London: Works of three Indian writers - Amitav Ghosh, Rahul Bhattacharya and Jahnavi Barua – have been shortlisted for the 2011 Man Asian Literary Prize.
Ghosh`s ‘River of Smoke’, ‘The Sly Company of People Who
Care’ by Bhattacharya and Barua`s ‘Rebirth’ are the novels that figure in the shortlist, announced today.
Jamil Ahmad (Pakistan, ‘The Wandering Falcon’), Kyung-sook Shin (South Korea, ‘Please Look After Mom’), Yan Lianke (China, ‘Dream of Ding Village’) and Banana Yoshimoto (Japan, ‘The Lake’) complete the shortlist of the prize given to the best novel by an Asian writer, either written in English or translated into English. The winning author is awarded USD 30,000 and the translator (if any) USD 5,000.
Four of these novels were originally written in English while the books from South Korea, China and Japan were all judged in translation.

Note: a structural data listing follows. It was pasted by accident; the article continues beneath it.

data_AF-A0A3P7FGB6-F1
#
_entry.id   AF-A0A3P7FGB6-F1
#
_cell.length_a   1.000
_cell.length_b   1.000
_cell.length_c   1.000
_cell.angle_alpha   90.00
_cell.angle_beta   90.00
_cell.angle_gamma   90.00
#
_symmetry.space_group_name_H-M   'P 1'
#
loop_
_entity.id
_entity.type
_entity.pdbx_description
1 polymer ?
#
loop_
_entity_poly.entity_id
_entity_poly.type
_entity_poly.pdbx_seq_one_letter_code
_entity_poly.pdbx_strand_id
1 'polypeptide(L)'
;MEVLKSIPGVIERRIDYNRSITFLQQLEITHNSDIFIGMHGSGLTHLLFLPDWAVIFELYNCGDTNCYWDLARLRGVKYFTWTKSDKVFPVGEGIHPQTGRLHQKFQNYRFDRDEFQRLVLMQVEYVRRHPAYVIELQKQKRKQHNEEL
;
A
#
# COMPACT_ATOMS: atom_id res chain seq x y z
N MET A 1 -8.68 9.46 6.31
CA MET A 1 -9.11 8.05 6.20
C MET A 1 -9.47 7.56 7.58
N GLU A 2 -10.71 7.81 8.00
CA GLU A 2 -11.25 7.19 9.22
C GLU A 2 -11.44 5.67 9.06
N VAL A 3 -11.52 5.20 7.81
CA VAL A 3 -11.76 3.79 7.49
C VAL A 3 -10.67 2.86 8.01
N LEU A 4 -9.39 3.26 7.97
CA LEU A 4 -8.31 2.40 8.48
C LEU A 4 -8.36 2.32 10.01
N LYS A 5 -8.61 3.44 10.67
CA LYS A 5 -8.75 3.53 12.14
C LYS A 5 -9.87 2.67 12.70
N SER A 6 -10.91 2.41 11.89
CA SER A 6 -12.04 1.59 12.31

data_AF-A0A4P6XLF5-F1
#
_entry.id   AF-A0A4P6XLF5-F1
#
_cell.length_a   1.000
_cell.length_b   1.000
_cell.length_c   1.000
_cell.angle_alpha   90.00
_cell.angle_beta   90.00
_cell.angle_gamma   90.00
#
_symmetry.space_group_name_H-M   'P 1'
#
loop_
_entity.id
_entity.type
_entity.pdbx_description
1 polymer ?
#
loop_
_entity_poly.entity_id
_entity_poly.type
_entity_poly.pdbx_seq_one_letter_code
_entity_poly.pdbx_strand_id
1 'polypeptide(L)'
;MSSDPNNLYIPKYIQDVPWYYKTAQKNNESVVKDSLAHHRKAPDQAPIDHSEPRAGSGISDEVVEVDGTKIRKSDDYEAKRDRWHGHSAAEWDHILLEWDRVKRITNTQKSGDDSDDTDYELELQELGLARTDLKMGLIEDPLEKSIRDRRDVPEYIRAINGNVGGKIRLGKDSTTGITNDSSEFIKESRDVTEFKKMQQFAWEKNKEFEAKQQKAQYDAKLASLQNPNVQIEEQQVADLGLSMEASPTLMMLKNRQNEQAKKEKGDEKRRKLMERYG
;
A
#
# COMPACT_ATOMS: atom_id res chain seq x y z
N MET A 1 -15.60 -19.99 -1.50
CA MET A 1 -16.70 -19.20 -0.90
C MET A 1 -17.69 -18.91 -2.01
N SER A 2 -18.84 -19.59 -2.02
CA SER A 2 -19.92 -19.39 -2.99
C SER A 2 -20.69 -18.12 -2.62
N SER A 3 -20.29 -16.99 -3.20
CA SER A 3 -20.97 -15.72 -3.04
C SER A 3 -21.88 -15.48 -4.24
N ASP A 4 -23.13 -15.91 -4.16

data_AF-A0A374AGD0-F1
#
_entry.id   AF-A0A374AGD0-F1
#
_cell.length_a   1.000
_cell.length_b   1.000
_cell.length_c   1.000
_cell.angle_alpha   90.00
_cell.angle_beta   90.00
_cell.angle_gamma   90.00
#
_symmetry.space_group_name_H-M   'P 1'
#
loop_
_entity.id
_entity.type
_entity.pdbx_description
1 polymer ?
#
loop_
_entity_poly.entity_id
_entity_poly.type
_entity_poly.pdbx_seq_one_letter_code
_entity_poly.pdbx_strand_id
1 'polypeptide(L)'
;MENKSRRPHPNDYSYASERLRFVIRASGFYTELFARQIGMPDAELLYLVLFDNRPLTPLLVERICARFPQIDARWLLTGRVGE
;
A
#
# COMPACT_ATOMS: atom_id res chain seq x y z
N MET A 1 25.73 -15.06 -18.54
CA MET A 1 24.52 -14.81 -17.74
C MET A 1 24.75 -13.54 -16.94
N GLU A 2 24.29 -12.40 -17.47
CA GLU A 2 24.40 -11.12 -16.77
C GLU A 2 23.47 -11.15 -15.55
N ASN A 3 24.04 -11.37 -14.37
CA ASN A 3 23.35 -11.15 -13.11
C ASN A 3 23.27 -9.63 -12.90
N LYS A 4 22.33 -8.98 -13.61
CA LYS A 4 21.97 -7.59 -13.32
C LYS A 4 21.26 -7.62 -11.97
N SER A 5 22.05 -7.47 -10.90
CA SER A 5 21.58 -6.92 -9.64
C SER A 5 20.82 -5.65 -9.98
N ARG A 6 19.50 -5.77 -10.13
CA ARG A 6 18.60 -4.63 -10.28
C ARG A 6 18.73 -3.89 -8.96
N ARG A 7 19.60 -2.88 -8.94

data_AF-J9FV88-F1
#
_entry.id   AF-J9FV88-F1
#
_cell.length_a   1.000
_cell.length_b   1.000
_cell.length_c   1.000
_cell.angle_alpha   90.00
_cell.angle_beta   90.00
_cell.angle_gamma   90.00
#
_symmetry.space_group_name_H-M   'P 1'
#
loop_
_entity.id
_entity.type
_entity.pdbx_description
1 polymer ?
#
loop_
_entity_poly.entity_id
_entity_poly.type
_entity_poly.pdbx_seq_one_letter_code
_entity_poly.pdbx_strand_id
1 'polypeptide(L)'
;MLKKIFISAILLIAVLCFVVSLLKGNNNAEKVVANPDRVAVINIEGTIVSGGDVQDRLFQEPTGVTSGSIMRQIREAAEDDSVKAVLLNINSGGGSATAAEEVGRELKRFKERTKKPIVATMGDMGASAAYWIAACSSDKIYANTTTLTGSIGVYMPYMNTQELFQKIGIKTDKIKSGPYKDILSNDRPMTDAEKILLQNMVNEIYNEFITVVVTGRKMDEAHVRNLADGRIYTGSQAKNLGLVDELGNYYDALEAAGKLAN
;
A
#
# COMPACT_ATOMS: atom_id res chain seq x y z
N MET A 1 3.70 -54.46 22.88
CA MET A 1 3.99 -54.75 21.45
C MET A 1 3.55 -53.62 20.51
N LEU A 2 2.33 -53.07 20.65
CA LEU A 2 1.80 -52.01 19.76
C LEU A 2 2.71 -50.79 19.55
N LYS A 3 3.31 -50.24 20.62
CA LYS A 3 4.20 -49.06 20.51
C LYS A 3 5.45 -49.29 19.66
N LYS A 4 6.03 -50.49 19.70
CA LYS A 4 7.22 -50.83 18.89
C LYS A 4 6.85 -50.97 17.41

"The judges were greatly impressed by the imaginative power of the stories now being written about rapidly changing life in worlds as diverse as the arid borderlands of Pakistan, the crowded cityscape of modern Seoul, and the opium factories of nineteenth century Canton," said chair judge Razia Iqbal.
"This power and diversity made it imperative for us to expand the 2011 Man Asian Literary Prize shortlist beyond the usual five books," Iqbal added.
The two other judges for this year`s prize are Pulitzer-prize finalist and author of ‘The Surrendered’ Chang-rae Lee and Vikas Swarup, author of ‘Q&A’, which was filmed as the Oscar-winning "Slumdog Millionaire".
Five Indians were named in the longlist in November. The two Indians who did not make the cut are Anuradha Roy (‘The Folded Earth’) and Tarun Tejpal (‘The Valley of Masks’).
Ninety books were submitted for entry in 2011. The winner will be named on March 15 in Hong Kong, the home of the prize founded in 2007.